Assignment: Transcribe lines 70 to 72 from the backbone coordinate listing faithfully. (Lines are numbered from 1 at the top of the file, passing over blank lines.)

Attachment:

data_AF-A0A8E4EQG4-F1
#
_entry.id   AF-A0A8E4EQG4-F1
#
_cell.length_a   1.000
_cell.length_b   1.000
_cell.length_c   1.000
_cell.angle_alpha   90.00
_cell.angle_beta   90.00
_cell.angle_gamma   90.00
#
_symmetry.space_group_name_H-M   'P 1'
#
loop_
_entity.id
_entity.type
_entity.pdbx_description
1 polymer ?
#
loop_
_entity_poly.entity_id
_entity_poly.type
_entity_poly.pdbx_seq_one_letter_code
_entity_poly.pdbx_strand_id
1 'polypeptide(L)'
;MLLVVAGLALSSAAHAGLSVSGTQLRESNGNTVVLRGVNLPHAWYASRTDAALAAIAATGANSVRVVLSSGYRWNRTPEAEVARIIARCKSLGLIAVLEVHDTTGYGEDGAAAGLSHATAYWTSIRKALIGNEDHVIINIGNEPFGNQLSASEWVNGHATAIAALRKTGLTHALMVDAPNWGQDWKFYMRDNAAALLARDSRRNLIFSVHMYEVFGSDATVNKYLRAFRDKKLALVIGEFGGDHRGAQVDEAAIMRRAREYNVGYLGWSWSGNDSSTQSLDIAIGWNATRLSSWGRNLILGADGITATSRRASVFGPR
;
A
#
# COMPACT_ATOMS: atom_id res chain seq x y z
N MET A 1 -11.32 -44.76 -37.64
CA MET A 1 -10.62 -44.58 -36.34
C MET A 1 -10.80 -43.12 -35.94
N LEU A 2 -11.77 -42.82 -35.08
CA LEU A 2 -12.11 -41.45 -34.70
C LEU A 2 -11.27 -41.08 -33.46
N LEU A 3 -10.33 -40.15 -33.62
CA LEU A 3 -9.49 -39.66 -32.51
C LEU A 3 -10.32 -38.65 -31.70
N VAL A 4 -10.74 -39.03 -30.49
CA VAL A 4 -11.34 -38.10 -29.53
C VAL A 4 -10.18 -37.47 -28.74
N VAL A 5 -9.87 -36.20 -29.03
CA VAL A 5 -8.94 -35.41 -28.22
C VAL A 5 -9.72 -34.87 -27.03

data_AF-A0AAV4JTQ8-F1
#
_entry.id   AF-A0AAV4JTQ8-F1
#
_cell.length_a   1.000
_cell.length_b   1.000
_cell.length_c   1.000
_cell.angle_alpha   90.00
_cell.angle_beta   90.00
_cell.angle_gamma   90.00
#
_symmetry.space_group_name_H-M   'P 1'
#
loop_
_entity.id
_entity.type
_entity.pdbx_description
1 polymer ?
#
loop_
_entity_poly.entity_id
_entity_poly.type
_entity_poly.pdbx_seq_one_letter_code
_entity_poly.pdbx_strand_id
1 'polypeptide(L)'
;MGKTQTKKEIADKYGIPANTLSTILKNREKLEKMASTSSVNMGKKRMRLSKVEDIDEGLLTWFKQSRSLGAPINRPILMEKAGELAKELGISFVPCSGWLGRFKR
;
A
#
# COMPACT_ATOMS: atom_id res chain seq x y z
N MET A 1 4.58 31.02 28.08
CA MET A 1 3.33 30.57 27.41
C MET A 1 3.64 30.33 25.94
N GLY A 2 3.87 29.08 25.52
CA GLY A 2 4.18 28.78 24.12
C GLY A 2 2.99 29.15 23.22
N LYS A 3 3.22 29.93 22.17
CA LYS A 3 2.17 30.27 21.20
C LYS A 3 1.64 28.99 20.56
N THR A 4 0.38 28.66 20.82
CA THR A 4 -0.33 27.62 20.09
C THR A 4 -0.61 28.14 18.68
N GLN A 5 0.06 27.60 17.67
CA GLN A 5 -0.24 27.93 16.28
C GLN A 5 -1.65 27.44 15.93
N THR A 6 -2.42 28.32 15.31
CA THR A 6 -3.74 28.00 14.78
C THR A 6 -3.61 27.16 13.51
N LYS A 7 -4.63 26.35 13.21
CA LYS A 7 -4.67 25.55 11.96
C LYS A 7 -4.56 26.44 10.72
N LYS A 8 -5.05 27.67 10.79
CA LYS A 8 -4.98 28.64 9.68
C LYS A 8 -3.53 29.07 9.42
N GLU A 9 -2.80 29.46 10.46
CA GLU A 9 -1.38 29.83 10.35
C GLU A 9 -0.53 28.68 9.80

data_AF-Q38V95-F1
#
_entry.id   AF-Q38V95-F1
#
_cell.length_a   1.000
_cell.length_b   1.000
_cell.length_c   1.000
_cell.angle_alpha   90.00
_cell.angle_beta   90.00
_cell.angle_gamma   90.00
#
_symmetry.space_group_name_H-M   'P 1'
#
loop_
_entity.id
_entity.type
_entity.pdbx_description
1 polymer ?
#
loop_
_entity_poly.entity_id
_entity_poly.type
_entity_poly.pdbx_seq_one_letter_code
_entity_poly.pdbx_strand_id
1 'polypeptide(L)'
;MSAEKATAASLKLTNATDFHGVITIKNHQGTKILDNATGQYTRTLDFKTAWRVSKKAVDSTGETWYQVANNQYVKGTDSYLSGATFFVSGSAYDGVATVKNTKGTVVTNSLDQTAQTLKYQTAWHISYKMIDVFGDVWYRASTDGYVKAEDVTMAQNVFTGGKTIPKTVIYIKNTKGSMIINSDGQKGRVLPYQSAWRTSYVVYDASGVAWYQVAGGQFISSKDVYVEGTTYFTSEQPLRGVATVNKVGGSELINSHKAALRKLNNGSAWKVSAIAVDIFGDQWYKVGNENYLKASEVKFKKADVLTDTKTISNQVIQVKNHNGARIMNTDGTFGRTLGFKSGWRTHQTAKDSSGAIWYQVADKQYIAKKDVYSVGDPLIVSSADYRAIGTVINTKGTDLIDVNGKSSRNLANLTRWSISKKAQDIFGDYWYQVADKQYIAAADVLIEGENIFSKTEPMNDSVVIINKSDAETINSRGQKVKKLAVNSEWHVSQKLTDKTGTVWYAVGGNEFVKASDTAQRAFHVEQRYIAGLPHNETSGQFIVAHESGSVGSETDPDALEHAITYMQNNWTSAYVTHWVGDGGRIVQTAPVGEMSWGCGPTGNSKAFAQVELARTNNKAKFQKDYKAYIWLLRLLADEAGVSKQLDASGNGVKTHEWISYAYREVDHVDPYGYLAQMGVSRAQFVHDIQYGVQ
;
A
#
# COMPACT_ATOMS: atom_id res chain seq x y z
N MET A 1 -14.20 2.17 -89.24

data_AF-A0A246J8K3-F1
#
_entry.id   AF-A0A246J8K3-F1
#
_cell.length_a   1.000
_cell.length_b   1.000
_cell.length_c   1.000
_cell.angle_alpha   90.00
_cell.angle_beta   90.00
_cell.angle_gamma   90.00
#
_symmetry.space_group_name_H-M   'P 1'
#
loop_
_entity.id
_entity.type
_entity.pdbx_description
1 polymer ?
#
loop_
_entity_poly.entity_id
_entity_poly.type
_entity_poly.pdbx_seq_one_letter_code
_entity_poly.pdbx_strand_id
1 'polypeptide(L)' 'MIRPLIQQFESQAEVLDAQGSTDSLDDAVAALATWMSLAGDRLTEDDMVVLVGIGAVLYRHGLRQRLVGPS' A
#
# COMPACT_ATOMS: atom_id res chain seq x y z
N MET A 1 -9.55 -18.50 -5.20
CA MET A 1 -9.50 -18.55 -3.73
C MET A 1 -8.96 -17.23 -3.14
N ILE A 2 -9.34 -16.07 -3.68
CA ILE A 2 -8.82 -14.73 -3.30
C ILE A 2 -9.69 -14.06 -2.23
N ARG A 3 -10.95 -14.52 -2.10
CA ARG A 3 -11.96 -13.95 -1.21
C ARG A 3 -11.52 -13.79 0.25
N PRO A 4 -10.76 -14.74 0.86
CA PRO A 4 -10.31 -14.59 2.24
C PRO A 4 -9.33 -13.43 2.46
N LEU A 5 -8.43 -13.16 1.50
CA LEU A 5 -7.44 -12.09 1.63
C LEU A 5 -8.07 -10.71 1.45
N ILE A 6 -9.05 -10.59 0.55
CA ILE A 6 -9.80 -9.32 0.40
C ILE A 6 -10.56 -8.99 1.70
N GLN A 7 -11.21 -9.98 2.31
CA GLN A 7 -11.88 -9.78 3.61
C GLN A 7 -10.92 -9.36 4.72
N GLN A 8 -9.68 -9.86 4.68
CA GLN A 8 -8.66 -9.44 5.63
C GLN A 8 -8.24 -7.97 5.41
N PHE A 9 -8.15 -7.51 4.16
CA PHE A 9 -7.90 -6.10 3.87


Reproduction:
1 'polypeptide(L)'
;MGKTQTKKEIADKYGIPANTLSTILKNREKLEKMASTSSVNMGKKRMRLSKVEDIDEGLLTWFKQSRSLGAPINRPILMEKAGELAKELGISFVPCSGWLGRFKR
;